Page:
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1 VascoDrecun commented Permalink

Murray, I agree that some statistics must be used to guide the worker through the task estimation. However, I am not a big fan of task classification and parametrization techniques that base estimates on disecting the work being done. I like the statistics based on the worker providing the estimate. In other words, we need to measure the estimation accuracy of the worker itself, or a combination of the worker accuracy and type of work. Thus, we know what is the likeliness that the worker guesses the range right for certain type of work (simple classification), and then what side of the distribution is he skewed against (min or max, e.g. is he/she optimistic or pessimistic estimator).

That way we avoid overengineering the estimation algorithm (let the worker be the objective/subjective black box) and only measure how many times was the black box right or wrong and by how much in each direction. We can also compare black boxes against each other in terms of their level of accuracy. Sometimes you may use several estimators, each with different statistical profile, and apply some sort of adjusted Delphi. That is what the statistics is best in - outcomes. You remember what troubles we had with regression models of estimations with projects containing novelty and environmental uncertainty. Simply, don't measure the task, measure the estimator.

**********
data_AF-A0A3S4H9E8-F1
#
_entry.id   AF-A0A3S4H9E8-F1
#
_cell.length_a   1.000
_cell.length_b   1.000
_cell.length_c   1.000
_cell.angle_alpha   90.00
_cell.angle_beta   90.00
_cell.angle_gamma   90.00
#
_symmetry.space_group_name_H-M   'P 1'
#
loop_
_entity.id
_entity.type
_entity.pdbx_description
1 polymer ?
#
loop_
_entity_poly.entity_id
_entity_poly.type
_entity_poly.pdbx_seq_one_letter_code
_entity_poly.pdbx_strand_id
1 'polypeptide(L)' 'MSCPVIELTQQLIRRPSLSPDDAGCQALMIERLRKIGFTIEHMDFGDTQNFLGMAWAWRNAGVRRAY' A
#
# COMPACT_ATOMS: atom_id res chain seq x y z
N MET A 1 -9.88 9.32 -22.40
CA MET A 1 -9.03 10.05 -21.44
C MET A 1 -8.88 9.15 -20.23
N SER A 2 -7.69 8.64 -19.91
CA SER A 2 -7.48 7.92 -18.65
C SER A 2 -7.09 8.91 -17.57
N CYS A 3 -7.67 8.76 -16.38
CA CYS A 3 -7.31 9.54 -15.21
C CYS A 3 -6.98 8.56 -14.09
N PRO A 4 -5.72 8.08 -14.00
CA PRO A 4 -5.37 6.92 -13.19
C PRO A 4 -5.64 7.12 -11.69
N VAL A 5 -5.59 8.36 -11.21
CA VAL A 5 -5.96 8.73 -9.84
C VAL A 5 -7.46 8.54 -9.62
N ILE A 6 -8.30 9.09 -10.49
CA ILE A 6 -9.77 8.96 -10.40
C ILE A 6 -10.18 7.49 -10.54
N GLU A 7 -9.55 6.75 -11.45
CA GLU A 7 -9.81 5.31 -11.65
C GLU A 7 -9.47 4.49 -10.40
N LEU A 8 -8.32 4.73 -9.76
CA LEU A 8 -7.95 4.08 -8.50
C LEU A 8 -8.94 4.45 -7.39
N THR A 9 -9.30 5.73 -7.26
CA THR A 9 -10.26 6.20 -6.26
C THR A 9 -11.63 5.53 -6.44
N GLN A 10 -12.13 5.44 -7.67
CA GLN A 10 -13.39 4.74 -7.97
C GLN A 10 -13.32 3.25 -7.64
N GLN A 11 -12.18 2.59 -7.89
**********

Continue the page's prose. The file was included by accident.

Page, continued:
Hope I am helping here...

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